Excerpt for I Want to Be and Love My Autistic Self by , available in its entirety at Smashwords

I Want to Be and Love My Autistic Self

Travis Breeding

Published by Travis Breeding at Smashwords

Copyright 2018 Travis Breeding

All Rights Reserved


I Want to Be and Love My Autistic Self

About the Author

I Want to Be and Love My Autistic Self

Having autism one thing that I long for more so than anything is to be accepted for who I am. This wasn’t an easy realization to get to. I didn’t always feel like I would ever have the opportunity to be accepted for who I am and have often thought the only way I would ever make good friends or get a girlfriend was to change who I was.

Furthermore, a system that was supposed to help me be successful and find happiness in my life with my disability didn’t always want to address the same needs that I felt I had, and they certainly didn’t have the same goals for my life that I have for my life.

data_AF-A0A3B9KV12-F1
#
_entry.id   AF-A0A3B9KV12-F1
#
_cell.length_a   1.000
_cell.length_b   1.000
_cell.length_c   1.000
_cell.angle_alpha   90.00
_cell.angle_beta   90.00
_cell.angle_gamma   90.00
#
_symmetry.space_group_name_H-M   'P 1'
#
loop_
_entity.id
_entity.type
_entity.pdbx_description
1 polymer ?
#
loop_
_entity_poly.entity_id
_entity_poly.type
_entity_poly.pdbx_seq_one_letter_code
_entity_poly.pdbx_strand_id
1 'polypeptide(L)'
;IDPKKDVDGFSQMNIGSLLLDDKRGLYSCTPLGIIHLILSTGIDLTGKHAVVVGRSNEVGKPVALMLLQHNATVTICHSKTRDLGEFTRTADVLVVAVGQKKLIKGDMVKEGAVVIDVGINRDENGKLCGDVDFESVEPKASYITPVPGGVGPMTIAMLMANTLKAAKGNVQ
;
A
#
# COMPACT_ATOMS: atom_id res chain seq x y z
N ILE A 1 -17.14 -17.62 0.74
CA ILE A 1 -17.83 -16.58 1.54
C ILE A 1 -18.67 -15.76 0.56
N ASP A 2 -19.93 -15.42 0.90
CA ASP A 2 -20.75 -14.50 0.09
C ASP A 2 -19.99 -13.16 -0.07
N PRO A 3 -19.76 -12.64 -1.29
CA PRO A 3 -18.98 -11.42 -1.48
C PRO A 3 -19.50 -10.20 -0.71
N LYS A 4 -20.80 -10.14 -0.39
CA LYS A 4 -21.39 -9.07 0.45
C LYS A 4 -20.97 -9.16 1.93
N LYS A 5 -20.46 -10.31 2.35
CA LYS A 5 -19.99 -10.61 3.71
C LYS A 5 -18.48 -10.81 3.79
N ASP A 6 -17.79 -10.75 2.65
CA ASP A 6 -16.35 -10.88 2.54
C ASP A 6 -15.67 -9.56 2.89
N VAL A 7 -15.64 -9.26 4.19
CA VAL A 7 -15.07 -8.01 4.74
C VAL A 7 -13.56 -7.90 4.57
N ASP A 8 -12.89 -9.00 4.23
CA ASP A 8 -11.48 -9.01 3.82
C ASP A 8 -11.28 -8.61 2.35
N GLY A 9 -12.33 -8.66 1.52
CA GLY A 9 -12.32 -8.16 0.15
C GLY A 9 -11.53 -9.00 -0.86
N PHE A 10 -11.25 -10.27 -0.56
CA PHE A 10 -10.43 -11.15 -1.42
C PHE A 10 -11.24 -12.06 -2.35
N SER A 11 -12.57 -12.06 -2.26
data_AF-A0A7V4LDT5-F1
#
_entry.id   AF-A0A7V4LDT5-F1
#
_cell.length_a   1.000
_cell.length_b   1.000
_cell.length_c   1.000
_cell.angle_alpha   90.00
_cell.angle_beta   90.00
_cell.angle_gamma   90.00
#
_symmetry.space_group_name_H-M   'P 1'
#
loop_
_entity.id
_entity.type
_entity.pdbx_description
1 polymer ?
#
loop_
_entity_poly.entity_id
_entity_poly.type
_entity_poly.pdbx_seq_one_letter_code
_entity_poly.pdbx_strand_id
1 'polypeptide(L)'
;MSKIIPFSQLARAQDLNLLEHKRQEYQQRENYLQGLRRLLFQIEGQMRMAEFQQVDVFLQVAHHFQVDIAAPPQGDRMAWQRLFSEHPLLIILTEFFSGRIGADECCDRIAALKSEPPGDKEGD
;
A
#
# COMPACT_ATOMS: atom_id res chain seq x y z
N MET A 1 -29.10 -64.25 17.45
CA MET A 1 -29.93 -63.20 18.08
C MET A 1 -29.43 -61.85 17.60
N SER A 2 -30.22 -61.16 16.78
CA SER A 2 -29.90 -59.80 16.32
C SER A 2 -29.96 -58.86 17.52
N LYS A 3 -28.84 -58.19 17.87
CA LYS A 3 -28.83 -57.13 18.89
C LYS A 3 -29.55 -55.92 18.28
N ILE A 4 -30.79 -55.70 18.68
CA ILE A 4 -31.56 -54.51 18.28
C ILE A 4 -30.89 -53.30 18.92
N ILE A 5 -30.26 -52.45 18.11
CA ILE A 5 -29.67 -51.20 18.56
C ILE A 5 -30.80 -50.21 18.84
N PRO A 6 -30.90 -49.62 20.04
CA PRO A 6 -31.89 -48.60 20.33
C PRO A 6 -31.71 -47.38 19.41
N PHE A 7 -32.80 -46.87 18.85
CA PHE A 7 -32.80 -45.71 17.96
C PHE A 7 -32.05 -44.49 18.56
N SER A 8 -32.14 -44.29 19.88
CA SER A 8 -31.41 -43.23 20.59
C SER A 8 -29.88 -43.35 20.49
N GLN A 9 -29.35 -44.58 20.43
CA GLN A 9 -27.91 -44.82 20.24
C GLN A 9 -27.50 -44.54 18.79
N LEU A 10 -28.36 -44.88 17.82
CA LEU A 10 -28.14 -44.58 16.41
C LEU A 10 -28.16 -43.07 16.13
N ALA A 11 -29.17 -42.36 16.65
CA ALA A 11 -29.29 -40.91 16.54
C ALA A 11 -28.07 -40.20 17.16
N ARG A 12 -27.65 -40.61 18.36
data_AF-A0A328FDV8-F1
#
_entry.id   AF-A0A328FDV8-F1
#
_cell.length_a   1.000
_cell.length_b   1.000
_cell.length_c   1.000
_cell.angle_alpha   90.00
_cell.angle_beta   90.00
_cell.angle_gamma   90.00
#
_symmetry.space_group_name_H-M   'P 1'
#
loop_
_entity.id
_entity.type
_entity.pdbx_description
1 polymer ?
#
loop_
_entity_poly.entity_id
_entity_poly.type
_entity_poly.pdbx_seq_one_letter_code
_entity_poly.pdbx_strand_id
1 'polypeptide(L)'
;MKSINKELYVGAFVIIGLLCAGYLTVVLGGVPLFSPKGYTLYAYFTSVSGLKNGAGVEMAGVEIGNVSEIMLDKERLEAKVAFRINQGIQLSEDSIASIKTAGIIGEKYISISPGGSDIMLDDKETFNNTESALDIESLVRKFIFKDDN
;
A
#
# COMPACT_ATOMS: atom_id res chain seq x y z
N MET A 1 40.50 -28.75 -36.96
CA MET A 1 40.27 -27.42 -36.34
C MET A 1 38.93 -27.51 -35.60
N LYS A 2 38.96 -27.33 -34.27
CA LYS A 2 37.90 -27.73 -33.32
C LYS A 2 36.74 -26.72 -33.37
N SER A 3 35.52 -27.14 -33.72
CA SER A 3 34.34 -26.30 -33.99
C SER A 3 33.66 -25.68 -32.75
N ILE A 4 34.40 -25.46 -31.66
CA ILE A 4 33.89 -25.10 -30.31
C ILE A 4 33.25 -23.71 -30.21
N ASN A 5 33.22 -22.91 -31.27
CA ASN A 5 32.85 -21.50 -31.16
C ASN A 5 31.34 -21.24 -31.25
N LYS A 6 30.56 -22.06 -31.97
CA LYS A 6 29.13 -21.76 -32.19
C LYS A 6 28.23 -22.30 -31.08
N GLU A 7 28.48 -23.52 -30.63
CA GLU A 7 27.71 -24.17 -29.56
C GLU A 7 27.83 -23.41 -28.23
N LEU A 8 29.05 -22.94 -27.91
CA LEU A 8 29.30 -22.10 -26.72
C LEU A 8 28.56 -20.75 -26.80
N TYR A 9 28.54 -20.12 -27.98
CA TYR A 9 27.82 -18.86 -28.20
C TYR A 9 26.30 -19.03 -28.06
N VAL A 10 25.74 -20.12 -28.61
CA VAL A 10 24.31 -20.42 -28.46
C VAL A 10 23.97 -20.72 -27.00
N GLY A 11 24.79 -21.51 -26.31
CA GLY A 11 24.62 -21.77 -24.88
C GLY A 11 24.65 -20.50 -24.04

When I think of being autistic, I think of being different and not less. I feel like sometimes other people automatically just assume that I should want less for myself just because I am disabled or autistic and while I used to fall into the trap of believing what some people would say I no longer accept less for myself.

This also means that I have a lot of great expectations for myself. One of the biggest expectations I have for myself now is in saying no and not engaging in things that I do not want to engage in just to make other people happy.

For the longest time I have had support services that wanted me to do things that I didn’t feel comfortable doing. I had a behavior plan and there was a point and time in which I thought having a behavior plan would be great because it would help me learn social skills to get a girlfriend.

Unfortunately, what I have learned about applied behavior analysis is that it really isn’t a person-centered treatment. It seems to be more of a behavior centered treatment plan or more, so a behavior analyst centered treatment plan. When I say it is more of a behavior analyst centered treatment plan, I just mean that the behavior plan is written by the behavior therapists without even getting any input from me or asking what some of my goals our in life.